Toward evening, Guy and I took a stroll along the deck of the ship. When looking ahead I spied two officers from the hometown battalion I had been transferred to when I was medically turned down. I said, come on Guy, we have to get out of here quick! And so we ducked back and into the ship, and through a maze of corridors and into a stateroom, which happened to be empty. We crawled under a double bunk and waited to see what would happen next.
Guy wanted to know what this was all about. I explained that these two officers were looking for us, and probably for others in the same situation. All we could do was wait. It was quite warm in our hiding place and soon we were drowsy. The next thing I knew I woke up and Guy was snoring loudly, I nudged him, for fear we might be discovered, and then I noticed a gentle movement of the ship.
I said: “Guy, we’re moving, we’re moving, we’re on our way to Blighty.” I looked at my watch and found it was 1:30 a.m. We had slept all this time, and were well out of the harbour. So we walked about for a while to take the stiffness out of our joints and muscles and then we returned to our allotted bunks and slept till reveille was sounded. We were moving at top speed and made the harbour of Liverpool in five days.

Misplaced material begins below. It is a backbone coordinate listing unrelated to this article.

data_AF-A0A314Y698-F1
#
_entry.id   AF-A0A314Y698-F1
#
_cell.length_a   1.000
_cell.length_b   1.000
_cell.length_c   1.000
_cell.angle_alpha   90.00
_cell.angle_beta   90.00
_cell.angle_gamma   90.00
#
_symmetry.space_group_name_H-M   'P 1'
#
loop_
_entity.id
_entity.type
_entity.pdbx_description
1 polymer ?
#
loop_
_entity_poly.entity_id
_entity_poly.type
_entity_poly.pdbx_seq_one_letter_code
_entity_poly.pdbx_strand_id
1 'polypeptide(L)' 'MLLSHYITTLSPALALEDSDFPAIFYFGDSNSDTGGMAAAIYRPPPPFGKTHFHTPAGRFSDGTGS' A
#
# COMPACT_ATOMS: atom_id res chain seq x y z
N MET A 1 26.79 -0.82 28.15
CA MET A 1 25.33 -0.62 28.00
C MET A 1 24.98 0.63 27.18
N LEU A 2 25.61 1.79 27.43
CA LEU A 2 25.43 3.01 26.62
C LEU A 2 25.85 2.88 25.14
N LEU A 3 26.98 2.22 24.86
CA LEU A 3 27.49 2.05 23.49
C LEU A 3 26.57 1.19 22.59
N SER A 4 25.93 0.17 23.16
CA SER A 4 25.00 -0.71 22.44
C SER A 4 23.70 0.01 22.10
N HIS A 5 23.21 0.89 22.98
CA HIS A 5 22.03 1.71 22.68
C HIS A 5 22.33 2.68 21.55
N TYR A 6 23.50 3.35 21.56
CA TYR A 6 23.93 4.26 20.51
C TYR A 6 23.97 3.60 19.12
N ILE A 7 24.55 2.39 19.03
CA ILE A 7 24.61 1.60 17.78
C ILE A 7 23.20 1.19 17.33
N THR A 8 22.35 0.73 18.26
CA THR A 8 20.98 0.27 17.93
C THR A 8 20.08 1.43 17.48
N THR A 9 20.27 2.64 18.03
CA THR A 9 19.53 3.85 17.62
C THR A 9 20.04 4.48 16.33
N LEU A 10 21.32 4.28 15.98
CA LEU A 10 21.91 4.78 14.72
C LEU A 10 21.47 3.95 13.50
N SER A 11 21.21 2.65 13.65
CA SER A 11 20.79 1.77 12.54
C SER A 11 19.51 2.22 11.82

From Liverpool, we went to Bramshot Camp. We settled down in quarters prepared for us, and then they paid us and gave us a 10-day landing leave to anywhere in the British Isles the boys wanted to go. But I refused and stayed at camp as a camp guard.
About a week later, the missing company cook whose place and name I had taken turned up at camp, and some others also. They had missed the boat at Halifax and came over on the next boat. I saw more trouble ahead, and sure enough, the next morning I had to report to the orderly room to explain my actions. Which I did.
The company major was quite sympathetic, but he told me, under the circumstances he would have to refer my case to battalion headquarters, and he only saw trouble for me. But he said, I’ll do all I can for you, and in the meantime have to confine you to camp. This also happened to my friend Guy.